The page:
In-order-to analysis: An alternative to classifying different levels of occupational activity
Paley J, Eva G & Duncan E (2006) In-order-to analysis: An alternative to classifying different levels of occupational activity. British Journal of Occupational Therapy, 69 (4), pp. 161-168. http://www.ingentaconnect.com/content/cot/bjot/2006/00000069/00000004/art00003
There have been several attempts to produce an authoritative classification scheme capable of discriminating between 'occupation', 'activity', 'task', 'action' and so on, but no consensus has ever been achieved. This paper tries to diagnose the reasons for this failure to arrive at a satisfactory method of classifying different levels of occupational activity. The paper begins with a detailed analysis of the Taxonomic Code for Occupational Performance (TCOP), the most recent attempt to produce such a scheme, and suggests that it has a number of counterintuitive implications. These are, however, rooted in a deeper problem, one which underlies not only the TCOP project but all attempts to classify occupational behaviour. Ultimately, it is argued, the classification agenda is misconceived, because it rests on the assumption that occupational terms represent real structures in the world: that they reflect (or should reflect) the way in which human doing is intrinsically divided into levels, units, sets or clusters. It is this assumption that the authors believe to be mistaken, for there is no 'intrinsic division' to which occupational terms can be assigned. The paper concludes by proposing a form of analysis which, it is argued, should replace classification schemes: in-order-to analysis (IOTA). This kind of analysis, which is explained and illustrated, seeks to determine the relations between various goals that the client has and the things that he or she must be able to do in order to achieve them. It is suggested that IOTA is what various attempts at classification have been groping for, but that it captures occupational therapy's characteristic form of clinical reasoning far more effectively.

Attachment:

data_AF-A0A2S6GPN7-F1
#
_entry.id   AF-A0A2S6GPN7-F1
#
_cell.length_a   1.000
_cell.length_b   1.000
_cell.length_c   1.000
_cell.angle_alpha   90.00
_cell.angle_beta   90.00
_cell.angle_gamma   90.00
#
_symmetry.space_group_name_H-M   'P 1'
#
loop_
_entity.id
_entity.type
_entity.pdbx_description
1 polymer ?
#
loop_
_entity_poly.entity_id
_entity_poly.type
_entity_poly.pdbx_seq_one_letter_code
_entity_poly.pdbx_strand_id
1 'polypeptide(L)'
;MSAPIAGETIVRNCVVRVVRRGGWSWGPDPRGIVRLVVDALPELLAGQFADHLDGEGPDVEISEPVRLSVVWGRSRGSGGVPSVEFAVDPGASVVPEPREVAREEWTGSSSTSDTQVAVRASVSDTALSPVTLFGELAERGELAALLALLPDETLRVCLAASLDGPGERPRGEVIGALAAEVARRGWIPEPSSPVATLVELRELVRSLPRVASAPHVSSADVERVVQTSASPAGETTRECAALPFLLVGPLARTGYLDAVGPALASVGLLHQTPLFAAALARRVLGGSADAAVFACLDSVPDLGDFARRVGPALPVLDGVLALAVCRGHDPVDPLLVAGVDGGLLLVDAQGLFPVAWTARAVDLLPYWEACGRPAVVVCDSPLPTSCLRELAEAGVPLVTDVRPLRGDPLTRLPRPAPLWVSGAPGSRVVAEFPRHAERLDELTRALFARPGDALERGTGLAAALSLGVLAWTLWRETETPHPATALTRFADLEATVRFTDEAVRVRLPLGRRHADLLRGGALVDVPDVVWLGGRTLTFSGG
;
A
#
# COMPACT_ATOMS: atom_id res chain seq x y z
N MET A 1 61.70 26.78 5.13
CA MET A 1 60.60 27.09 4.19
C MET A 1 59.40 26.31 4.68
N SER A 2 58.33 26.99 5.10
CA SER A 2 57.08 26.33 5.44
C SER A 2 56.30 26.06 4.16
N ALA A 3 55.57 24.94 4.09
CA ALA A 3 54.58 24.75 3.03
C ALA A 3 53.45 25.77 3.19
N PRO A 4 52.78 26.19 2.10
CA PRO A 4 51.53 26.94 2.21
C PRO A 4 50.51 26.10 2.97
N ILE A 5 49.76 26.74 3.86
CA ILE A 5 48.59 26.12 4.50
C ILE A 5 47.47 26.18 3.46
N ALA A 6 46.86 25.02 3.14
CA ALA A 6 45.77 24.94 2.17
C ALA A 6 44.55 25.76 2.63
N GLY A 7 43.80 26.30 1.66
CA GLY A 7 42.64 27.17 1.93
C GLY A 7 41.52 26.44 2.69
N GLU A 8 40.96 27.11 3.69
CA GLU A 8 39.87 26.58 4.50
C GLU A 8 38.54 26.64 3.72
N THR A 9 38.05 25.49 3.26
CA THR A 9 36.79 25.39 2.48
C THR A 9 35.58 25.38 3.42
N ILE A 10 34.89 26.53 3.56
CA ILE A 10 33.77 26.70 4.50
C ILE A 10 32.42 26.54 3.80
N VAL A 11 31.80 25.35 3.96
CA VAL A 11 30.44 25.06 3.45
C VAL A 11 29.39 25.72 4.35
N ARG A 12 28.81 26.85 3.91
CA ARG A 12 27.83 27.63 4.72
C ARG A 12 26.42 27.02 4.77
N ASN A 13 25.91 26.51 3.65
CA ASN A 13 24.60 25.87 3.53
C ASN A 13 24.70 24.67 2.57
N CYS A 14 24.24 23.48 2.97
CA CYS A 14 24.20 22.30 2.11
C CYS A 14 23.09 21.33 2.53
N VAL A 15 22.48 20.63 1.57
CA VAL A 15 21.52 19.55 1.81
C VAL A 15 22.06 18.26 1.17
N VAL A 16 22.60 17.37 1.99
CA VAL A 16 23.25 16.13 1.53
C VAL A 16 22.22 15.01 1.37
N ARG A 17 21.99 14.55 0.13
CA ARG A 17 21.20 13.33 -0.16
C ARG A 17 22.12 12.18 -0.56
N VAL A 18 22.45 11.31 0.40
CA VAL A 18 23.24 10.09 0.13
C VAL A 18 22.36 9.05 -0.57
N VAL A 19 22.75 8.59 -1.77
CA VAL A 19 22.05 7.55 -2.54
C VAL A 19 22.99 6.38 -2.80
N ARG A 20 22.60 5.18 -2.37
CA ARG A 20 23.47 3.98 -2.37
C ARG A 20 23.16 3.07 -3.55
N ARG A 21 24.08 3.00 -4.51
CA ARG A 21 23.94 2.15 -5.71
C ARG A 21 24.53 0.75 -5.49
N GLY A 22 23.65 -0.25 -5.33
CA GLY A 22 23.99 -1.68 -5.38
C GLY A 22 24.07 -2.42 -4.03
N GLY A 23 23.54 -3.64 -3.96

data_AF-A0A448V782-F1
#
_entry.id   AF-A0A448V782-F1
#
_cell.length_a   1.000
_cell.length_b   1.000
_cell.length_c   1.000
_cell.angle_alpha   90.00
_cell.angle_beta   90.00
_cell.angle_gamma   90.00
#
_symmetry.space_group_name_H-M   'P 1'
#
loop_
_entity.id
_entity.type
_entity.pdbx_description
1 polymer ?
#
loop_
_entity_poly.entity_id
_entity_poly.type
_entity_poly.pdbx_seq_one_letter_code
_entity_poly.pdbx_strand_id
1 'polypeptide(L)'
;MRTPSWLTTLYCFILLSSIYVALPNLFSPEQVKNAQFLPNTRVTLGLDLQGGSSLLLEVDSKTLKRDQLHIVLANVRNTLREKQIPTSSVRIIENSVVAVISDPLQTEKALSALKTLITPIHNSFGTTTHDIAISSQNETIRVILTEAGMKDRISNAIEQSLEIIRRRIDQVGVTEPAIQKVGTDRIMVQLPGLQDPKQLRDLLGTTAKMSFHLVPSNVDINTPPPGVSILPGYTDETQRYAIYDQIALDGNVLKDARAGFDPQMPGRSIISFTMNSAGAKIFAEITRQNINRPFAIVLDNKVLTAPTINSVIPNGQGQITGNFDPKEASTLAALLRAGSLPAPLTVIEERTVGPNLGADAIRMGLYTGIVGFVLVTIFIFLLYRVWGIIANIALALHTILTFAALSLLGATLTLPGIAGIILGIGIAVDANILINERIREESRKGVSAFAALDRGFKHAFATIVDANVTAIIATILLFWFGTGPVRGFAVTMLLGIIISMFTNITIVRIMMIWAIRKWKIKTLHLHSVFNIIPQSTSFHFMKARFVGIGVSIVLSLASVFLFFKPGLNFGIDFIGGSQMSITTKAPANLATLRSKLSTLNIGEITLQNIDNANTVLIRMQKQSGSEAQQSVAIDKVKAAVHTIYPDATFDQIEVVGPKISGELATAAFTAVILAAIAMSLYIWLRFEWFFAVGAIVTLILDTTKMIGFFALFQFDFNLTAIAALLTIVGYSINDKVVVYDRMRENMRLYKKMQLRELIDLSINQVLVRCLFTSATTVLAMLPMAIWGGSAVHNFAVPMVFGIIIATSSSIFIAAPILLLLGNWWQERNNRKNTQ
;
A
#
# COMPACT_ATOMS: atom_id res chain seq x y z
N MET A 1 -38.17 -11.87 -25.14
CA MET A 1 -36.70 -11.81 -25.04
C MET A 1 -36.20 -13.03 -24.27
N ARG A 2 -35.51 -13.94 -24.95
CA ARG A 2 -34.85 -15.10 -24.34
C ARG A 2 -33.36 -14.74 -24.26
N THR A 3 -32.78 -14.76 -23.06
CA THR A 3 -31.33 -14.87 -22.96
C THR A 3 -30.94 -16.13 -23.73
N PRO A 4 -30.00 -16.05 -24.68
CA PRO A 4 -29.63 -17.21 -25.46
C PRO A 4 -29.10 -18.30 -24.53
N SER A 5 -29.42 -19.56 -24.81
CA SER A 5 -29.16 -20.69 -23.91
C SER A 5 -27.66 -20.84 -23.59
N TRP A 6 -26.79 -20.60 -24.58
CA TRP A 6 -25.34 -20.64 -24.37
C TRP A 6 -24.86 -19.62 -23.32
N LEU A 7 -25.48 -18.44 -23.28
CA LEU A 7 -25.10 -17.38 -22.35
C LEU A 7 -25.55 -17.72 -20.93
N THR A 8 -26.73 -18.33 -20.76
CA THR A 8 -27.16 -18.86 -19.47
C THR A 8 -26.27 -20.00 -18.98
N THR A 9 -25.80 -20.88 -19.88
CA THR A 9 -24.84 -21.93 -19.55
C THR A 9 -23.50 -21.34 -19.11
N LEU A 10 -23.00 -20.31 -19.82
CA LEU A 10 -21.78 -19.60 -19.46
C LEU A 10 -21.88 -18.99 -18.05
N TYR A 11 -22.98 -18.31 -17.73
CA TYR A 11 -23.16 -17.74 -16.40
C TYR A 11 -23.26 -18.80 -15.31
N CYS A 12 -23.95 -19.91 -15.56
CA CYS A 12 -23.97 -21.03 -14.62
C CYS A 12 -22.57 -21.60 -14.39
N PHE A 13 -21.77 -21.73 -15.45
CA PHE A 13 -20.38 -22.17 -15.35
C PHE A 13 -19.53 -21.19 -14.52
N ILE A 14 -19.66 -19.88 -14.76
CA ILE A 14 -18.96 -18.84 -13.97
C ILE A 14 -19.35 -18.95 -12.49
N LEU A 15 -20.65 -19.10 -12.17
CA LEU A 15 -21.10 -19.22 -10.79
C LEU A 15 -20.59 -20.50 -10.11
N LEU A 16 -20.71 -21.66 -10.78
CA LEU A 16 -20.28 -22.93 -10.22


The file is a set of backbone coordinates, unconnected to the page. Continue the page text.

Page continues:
British Journal of Occupational Therapy: Volume 69, Issue 4
|Publisher||College of Occupational Therapists|